He’s moved the neighbors’ container to their garage – while they have been home – because it bothered him so much. “Sure, he can do that, no problem,” the guy next door said.
He’s stood outside by the light of the moon, moving a few containers closer to the curb.
He’s walked across the street and moved their empty container from the curb closer to their house.
He’s walked across the street and more than once moved their container so it faces the right direction. (Why can’t they get this right?) Isaac can’t bear the thought of the garbage truck not stopping again – or the garbage can setting near the curb all week long.
Isaac asks Chris or me before doing these things. It’s amazing how much calmer he is immediately after the garbage is in order.
All is right with the world again.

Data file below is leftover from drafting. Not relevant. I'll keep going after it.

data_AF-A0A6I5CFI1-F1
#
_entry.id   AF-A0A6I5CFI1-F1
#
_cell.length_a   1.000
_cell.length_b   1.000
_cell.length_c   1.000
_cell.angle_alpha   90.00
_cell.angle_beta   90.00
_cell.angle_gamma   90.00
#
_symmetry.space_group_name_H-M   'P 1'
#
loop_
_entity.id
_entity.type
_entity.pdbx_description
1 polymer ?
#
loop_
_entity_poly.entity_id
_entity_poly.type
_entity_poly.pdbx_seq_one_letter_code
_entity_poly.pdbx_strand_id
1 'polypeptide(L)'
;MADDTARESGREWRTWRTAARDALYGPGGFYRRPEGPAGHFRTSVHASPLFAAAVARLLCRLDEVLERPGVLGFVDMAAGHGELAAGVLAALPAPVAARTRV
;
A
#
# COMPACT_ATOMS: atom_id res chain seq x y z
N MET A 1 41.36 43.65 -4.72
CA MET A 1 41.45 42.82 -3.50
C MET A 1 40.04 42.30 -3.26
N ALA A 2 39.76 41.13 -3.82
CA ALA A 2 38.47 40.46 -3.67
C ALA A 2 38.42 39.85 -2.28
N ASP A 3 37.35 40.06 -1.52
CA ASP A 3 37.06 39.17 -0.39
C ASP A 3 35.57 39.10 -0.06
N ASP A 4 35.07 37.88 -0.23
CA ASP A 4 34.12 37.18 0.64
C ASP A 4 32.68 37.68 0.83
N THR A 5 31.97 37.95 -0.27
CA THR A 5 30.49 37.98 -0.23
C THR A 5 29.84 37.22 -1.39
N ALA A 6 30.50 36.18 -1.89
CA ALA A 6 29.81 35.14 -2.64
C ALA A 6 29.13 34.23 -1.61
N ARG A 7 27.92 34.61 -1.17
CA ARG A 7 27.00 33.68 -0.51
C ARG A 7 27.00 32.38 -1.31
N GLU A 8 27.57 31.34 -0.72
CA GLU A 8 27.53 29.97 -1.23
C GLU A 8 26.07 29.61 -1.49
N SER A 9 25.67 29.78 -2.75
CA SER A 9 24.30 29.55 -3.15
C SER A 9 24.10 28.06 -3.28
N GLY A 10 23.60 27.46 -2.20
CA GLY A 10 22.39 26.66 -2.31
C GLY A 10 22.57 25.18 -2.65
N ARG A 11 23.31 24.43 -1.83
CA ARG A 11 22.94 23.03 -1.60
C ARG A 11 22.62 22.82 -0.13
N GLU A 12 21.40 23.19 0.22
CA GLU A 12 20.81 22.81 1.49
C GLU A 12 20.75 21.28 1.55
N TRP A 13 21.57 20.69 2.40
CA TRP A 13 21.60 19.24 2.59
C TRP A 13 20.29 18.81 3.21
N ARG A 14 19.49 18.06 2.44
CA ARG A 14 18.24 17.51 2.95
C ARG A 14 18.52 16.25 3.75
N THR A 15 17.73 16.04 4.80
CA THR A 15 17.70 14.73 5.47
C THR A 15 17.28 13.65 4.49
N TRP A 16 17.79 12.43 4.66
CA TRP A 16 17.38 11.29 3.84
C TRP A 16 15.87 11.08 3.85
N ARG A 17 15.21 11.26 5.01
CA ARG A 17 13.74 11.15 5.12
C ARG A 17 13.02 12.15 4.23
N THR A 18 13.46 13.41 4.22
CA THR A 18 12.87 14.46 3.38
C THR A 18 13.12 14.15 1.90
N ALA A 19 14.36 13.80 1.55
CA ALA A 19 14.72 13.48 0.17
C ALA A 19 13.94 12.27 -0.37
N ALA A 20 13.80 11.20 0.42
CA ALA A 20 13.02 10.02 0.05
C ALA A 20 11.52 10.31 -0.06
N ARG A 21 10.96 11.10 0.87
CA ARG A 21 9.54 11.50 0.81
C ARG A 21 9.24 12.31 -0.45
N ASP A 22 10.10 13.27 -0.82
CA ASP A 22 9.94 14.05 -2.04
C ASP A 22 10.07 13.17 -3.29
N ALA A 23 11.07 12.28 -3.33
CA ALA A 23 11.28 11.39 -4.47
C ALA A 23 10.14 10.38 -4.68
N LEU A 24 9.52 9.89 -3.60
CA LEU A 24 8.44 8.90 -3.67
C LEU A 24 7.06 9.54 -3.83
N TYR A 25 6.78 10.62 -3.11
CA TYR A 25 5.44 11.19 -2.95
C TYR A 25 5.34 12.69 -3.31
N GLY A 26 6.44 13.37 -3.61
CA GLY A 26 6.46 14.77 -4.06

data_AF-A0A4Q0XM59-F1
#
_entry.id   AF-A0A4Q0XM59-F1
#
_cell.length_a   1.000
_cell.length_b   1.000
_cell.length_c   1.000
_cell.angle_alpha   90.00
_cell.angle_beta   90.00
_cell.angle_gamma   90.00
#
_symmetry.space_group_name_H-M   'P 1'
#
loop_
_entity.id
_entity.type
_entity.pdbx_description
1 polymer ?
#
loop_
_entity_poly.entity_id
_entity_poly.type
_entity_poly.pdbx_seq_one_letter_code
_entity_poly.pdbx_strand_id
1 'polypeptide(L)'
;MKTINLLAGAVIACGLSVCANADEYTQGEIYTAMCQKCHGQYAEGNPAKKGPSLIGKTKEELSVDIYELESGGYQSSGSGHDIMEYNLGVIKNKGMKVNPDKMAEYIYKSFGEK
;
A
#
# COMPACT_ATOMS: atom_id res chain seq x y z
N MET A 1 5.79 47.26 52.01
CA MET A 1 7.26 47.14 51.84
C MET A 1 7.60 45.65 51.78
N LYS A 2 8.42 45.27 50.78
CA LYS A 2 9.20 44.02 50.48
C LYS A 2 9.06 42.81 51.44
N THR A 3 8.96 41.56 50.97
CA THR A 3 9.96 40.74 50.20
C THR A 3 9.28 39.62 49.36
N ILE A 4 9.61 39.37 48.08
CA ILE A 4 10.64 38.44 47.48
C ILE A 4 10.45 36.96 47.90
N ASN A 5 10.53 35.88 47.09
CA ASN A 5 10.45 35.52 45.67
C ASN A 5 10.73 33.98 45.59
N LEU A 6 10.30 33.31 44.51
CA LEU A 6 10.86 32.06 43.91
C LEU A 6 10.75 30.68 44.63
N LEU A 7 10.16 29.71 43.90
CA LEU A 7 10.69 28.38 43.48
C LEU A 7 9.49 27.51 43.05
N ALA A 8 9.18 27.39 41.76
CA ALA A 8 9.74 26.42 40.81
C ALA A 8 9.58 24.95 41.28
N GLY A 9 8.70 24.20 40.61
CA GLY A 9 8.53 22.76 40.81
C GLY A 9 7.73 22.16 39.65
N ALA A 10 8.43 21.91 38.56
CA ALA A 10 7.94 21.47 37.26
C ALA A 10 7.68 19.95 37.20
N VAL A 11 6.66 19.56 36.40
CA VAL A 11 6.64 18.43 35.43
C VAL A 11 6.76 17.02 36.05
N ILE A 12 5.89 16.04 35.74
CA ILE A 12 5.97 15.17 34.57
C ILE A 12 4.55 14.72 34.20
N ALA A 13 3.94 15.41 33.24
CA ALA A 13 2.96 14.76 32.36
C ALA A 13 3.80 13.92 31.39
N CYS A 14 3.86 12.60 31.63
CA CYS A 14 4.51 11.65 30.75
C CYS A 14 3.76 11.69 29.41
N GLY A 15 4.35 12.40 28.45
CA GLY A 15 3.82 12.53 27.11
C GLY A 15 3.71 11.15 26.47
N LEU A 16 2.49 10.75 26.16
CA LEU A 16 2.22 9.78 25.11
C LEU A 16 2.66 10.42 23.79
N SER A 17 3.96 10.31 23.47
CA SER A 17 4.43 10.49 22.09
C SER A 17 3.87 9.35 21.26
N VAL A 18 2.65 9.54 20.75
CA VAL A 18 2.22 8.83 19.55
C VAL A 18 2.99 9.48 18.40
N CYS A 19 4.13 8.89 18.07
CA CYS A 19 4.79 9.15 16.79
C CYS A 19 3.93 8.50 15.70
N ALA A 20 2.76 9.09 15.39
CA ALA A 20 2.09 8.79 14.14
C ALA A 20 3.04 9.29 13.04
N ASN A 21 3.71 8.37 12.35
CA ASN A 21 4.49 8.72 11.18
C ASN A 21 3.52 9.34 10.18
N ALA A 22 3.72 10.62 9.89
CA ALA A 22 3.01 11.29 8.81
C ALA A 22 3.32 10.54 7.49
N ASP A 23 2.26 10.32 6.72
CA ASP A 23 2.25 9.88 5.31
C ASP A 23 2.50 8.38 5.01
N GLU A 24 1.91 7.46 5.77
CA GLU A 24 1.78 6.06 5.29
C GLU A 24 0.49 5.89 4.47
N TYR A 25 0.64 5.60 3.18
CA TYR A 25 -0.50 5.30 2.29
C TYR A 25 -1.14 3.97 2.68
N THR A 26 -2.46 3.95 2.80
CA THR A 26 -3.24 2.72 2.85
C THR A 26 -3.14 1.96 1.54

Tuesday morning Isaac came inside the front door, looked at me with concerned eyes, and said, “Help please.”
I had seen the damage but knew I couldn’t help this time.
“Let me call someone on the phone, okay?” I said, as he waited by the front door for his school bus that would arrive in the next fifteen minutes. “I’ll call someone who can help us.”
“Yes,” he said softly. His answer was a combination of anxiety, sadness, obsession, and fear.
Woman: Hello, Public Works.
Me: (calmly) Hi, our garbage was just picked up this morning. The garbage truck dropped our empty garbage container on its side and now one of the wheels is broken.
Woman: Your address? I’ll try to have someone come over today. If not, it will be next Tuesday.
Me: (Silence. I begin deep breathing . . . WHAT? Next Tuesday? You can’t be serious!? I almost called 911 because this IS an emergency. The garbage container wheel is broken! This is a life changer!) We really need to have that wheel fixed today. I can’t even wheel it back to the garage. (Public Works woman, don’t you know that’s a violation of rule number 3?)
Woman: We’ll try to take care of it today.
Me: Thank you.
“It will be fixed today,” I said reassuringly to Isaac. It sounded good to me. I prayed it were true.